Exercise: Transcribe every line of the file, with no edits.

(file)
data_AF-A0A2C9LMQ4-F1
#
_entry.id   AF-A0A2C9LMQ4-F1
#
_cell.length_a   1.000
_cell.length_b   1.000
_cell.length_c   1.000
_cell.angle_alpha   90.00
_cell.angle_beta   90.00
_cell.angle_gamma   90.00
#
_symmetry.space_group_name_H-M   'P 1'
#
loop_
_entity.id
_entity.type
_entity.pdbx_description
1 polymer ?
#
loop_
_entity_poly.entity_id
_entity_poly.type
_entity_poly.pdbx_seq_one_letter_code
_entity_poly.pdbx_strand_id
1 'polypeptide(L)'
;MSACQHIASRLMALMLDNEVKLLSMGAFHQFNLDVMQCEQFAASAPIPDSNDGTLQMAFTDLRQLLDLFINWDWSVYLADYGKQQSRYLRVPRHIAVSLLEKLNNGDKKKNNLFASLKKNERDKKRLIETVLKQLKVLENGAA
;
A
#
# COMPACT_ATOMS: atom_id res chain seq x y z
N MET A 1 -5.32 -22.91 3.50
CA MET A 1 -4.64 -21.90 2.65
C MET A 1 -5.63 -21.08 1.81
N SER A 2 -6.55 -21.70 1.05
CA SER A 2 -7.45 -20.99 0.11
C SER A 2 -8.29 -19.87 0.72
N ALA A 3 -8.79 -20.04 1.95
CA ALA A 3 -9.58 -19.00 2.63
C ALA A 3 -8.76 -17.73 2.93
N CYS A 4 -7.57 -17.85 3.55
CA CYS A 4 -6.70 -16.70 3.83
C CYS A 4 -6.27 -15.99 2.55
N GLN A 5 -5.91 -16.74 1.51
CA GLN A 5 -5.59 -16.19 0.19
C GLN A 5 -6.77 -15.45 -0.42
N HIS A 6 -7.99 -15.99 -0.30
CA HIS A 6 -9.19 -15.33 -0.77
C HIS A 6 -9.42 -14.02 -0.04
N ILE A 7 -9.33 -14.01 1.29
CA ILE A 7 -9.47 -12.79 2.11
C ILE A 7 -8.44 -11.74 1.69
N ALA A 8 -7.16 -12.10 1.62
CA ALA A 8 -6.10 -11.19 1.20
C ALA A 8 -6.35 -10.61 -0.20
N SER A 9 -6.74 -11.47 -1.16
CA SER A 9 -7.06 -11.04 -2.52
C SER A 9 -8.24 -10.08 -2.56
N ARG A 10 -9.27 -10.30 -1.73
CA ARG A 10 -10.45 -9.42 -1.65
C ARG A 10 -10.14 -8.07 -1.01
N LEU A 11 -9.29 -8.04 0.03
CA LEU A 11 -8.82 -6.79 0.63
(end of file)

data_AF-A0A2C9LMQ4-F1
#
_entry.id   AF-A0A2C9LMQ4-F1
#
_cell.length_a   1.000
_cell.length_b   1.000
_cell.length_c   1.000
_cell.angle_alpha   90.00
_cell.angle_beta   90.00
_cell.angle_gamma   90.00
#
_symmetry.space_group_name_H-M   'P 1'
#
loop_
_entity.id
_entity.type
_entity.pdbx_description
1 polymer ?
#
loop_
_entity_poly.entity_id
_entity_poly.type
_entity_poly.pdbx_seq_one_letter_code
_entity_poly.pdbx_strand_id
1 'polypeptide(L)'
;MSACQHIASRLMALMLDNEVKLLSMGAFHQFNLDVMQCEQFAASAPIPDSNDGTLQMAFTDLRQLLDLFINWDWSVYLADYGKQQSRYLRVPRHIAVSLLEKLNNGDKKKNNLFASLKKNERDKKRLIETVLKQLKVLENGAA
;
A
#
# COMPACT_ATOMS: atom_id res chain seq x y z
N MET A 1 -5.32 -22.91 3.50
CA MET A 1 -4.64 -21.90 2.65
C MET A 1 -5.63 -21.08 1.81
N SER A 2 -6.55 -21.70 1.05
CA SER A 2 -7.45 -20.99 0.11
C SER A 2 -8.29 -19.87 0.72
N ALA A 3 -8.79 -20.04 1.95
CA ALA A 3 -9.58 -19.00 2.63
C ALA A 3 -8.76 -17.73 2.93
N CYS A 4 -7.57 -17.85 3.55
CA CYS A 4 -6.70 -16.70 3.83
C CYS A 4 -6.27 -15.99 2.55
N GLN A 5 -5.91 -16.74 1.51
CA GLN A 5 -5.59 -16.19 0.19
C GLN A 5 -6.77 -15.45 -0.42
N HIS A 6 -7.99 -15.99 -0.30
CA HIS A 6 -9.19 -15.33 -0.77
C HIS A 6 -9.42 -14.02 -0.04
N ILE A 7 -9.33 -14.01 1.29
CA ILE A 7 -9.47 -12.79 2.11
C ILE A 7 -8.44 -11.74 1.69
N ALA A 8 -7.16 -12.10 1.62
CA ALA A 8 -6.10 -11.19 1.20
C ALA A 8 -6.35 -10.61 -0.20
N SER A 9 -6.74 -11.47 -1.16
CA SER A 9 -7.06 -11.04 -2.52
C SER A 9 -8.24 -10.08 -2.56
N ARG A 10 -9.27 -10.30 -1.73
CA ARG A 10 -10.45 -9.42 -1.65
C ARG A 10 -10.14 -8.07 -1.01
N LEU A 11 -9.29 -8.04 0.03
CA LEU A 11 -8.82 -6.79 0.63